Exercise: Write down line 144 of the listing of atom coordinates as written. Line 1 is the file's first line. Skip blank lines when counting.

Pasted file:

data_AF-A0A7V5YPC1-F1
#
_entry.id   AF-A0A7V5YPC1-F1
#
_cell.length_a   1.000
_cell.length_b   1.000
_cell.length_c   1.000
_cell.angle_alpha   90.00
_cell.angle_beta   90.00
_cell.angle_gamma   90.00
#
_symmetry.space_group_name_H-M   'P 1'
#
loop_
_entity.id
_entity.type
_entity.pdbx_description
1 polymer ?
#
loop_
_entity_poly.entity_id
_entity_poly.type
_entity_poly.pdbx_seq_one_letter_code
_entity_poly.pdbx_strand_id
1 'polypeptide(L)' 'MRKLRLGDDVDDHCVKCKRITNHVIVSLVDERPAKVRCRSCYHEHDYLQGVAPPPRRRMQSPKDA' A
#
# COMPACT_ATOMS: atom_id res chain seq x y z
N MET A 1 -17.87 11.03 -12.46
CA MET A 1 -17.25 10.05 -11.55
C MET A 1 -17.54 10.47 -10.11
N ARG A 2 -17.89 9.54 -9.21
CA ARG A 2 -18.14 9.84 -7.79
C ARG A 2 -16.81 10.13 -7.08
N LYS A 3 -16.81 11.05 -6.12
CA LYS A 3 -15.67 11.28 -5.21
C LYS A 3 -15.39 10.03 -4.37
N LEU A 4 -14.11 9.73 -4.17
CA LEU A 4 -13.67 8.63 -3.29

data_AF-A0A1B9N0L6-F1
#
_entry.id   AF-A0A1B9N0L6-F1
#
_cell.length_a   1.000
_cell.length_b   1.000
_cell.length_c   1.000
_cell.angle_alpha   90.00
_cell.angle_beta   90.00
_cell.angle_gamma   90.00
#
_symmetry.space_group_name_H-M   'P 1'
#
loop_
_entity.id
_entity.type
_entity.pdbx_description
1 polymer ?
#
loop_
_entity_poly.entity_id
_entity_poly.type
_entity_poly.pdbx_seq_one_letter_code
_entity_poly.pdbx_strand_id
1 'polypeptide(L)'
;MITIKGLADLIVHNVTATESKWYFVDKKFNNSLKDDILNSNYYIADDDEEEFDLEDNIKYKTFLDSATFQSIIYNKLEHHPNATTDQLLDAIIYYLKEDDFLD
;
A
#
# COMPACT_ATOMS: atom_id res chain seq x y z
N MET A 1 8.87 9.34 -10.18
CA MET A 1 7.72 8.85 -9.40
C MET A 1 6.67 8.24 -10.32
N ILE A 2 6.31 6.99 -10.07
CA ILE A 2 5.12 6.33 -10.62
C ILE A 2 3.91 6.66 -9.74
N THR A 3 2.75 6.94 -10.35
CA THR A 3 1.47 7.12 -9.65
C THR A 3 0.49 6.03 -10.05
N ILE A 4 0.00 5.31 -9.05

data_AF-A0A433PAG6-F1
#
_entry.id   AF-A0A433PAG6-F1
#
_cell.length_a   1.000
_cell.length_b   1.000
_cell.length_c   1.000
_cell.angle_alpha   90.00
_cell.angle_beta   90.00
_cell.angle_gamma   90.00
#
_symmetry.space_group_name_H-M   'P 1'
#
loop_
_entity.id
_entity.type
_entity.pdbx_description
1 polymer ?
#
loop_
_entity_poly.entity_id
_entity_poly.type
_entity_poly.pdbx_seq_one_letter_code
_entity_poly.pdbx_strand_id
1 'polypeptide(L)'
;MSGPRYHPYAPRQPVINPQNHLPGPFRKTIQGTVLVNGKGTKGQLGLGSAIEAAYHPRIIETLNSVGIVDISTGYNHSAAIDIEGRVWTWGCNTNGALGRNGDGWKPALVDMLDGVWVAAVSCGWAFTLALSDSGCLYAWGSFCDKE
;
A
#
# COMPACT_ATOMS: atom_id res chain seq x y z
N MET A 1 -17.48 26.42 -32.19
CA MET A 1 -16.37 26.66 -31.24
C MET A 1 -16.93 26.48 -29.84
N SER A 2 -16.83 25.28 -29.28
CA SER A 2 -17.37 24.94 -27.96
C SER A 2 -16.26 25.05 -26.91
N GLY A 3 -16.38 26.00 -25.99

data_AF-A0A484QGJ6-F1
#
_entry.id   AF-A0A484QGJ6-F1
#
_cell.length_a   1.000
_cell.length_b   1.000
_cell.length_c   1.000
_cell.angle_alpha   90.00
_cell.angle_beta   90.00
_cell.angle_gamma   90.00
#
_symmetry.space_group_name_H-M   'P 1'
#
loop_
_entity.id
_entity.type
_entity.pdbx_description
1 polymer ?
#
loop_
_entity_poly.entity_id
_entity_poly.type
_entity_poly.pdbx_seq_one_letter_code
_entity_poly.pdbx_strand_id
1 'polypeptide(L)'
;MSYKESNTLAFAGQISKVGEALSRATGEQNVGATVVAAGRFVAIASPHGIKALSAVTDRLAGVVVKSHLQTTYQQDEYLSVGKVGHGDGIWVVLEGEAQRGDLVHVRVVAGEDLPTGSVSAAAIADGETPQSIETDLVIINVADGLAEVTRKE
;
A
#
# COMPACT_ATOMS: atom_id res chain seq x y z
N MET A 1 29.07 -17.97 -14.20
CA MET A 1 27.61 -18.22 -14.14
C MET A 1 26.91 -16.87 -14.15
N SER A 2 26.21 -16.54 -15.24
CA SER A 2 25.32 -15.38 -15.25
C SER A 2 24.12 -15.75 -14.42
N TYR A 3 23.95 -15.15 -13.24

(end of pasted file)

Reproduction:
#